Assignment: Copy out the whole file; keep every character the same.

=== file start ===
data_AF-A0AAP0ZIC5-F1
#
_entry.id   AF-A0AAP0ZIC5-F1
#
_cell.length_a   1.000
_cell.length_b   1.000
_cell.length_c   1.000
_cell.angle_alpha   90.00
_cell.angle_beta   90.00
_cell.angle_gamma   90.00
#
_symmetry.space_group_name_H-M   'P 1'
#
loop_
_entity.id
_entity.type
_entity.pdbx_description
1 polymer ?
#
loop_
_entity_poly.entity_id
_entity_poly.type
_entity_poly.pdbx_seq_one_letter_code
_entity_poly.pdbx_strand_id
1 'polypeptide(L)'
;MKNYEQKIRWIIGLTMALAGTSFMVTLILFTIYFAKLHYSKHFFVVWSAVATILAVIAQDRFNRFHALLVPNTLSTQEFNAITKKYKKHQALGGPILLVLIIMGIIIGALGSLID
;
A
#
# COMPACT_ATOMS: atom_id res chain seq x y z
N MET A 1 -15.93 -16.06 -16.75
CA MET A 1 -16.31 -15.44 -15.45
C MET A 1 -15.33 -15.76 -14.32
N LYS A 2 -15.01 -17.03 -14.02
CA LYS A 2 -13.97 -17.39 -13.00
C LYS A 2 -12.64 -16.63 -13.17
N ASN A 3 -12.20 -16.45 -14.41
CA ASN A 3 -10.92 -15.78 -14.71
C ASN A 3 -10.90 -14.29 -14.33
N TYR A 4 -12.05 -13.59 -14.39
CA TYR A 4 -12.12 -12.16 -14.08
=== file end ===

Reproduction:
data_AF-A0AAP0ZIC5-F1
#
_entry.id   AF-A0AAP0ZIC5-F1
#
_cell.length_a   1.000
_cell.length_b   1.000
_cell.length_c   1.000
_cell.angle_alpha   90.00
_cell.angle_beta   90.00
_cell.angle_gamma   90.00
#
_symmetry.space_group_name_H-M   'P 1'
#
loop_
_entity.id
_entity.type
_entity.pdbx_description
1 polymer ?
#
loop_
_entity_poly.entity_id
_entity_poly.type
_entity_poly.pdbx_seq_one_letter_code
_entity_poly.pdbx_strand_id
1 'polypeptide(L)'
;MKNYEQKIRWIIGLTMALAGTSFMVTLILFTIYFAKLHYSKHFFVVWSAVATILAVIAQDRFNRFHALLVPNTLSTQEFNAITKKYKKHQALGGPILLVLIIMGIIIGALGSLID
;
A
#
# COMPACT_ATOMS: atom_id res chain seq x y z
N MET A 1 -15.93 -16.06 -16.75
CA MET A 1 -16.31 -15.44 -15.45
C MET A 1 -15.33 -15.76 -14.32
N LYS A 2 -15.01 -17.03 -14.02
CA LYS A 2 -13.97 -17.39 -13.00
C LYS A 2 -12.64 -16.63 -13.17
N ASN A 3 -12.20 -16.45 -14.41
CA ASN A 3 -10.92 -15.78 -14.71
C ASN A 3 -10.90 -14.29 -14.33
N TYR A 4 -12.05 -13.59 -14.39
CA TYR A 4 -12.12 -12.16 -14.08